Net Neutrality has been a hot topic this year in the wake of the epic FCC vote at the end of February. Facebook had its own vision of how to deliver free Internet to the world with Internet.org, but the project fell under criticism because the participating services were hand-picked by Facebook. In response to the backlash Facebook announced yesterday that it is opening Internet.org to all developers and turning it into an open platform.
Facebook has been one of the biggest supporters of Net Neutrality. Facebook, however, took the idea beyond simply preventing ISPs in the United States from throttling traffic and created Internet.org. The goal of Internet.org is to provide Internet access and related resources for free to people around the world who do not have affordable access.
It might seem surprising to those of us who are used to having access to high-bandwidth Internet all the time but the fact of the matter is that nearly two-thirds of the global population does not. It is a luxury for them rather than a necessity. Internet.org is based on this fundamental principle that people who cannot afford Internet access should have it as a right. People shouldn’t have to choose whether to buy food and other basic amenities of life or pay for Internet access.
Although Facebook created Internet.org to make the Internet more inclusive for all it was also highly selective about the services offered and limited participation to a chosen few. Some questioned Facebook’s motives and accused Facebook of trying to create its own proprietary Internet rather than helping to open access. Now Facebook has opened Internet.org to all developers and transformed it into an open platform.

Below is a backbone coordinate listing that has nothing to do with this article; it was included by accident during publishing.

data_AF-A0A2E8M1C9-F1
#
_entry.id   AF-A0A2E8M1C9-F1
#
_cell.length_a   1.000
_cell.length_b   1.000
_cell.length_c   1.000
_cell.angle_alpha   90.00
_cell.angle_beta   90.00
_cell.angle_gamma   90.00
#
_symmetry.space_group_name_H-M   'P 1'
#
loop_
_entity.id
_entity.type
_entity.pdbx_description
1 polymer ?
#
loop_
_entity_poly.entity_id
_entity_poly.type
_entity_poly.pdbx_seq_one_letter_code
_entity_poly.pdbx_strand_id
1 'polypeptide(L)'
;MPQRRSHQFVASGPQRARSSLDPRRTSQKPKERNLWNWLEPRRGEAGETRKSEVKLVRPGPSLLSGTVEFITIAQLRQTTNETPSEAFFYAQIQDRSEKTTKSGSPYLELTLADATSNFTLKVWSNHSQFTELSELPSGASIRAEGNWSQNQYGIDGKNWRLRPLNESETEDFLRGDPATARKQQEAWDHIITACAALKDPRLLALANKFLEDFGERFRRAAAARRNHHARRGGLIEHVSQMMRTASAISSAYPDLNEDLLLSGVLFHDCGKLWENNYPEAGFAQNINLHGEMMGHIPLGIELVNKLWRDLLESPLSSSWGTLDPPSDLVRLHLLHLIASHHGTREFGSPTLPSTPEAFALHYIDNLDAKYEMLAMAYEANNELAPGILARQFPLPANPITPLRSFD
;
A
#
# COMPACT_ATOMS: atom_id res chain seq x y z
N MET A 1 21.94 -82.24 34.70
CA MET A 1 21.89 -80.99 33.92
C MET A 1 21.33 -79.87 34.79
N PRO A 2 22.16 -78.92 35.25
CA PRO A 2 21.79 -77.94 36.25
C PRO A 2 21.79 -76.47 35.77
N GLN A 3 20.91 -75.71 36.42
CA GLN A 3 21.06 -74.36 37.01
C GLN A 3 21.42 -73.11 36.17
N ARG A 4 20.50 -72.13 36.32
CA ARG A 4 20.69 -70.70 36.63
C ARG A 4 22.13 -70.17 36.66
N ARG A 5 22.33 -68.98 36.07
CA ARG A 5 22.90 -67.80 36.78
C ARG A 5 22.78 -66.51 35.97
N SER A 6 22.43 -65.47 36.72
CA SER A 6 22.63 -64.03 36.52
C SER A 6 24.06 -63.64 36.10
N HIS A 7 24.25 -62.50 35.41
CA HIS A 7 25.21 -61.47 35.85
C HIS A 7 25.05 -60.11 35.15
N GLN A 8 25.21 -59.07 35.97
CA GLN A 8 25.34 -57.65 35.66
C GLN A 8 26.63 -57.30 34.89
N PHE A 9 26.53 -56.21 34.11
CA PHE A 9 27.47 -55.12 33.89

In a blog post announcing the changes to Internet.org Facebook explained, “Our goal with Internet.org is to work with as many developers and entrepreneurs as possible to extend the benefits of connectivity to diverse, local communities. To do this, [inlinetweet prefix=”null” tweeter=”null” suffix=”null”]we’re going to offer services through Internet.org in a way that’s more transparent and inclusive[/inlinetweet].”
Facebook has a few guiding principles which govern entry into this otherwise free-for-all developing platform. One principle is that the services and applications available on Internet.org should encourage users to explore further and developers should not just keep them hooked or locked to their own company-specific products. Another guiding principle is that the applications should be optimized for smartphones and mobile devices because for many people it is the only access they have to the Internet. Last but not least the sites or applications must be efficient and not hog bandwidth.
It remains to be seen how successful Facebook will be with Internet.org. It is a valiant goal, but even in countries such as India where there is lot of talent and manpower companies and individuals might not be interested in stretching beyond a certain limit to provide free goodies to the platform just to be a part of it. Not everyone has the resources of Facebook and will be more concerned about their own business prospects rather than merely being a part of a social movement—even if it is for the good of all.
A lot of questions and hurdles remain. With Facebook and Internet.org—and those who support and contribute to the Internet.org platform—though, there may yet come a day when Internet access is as natural as sunlight on your face or the air you breathe.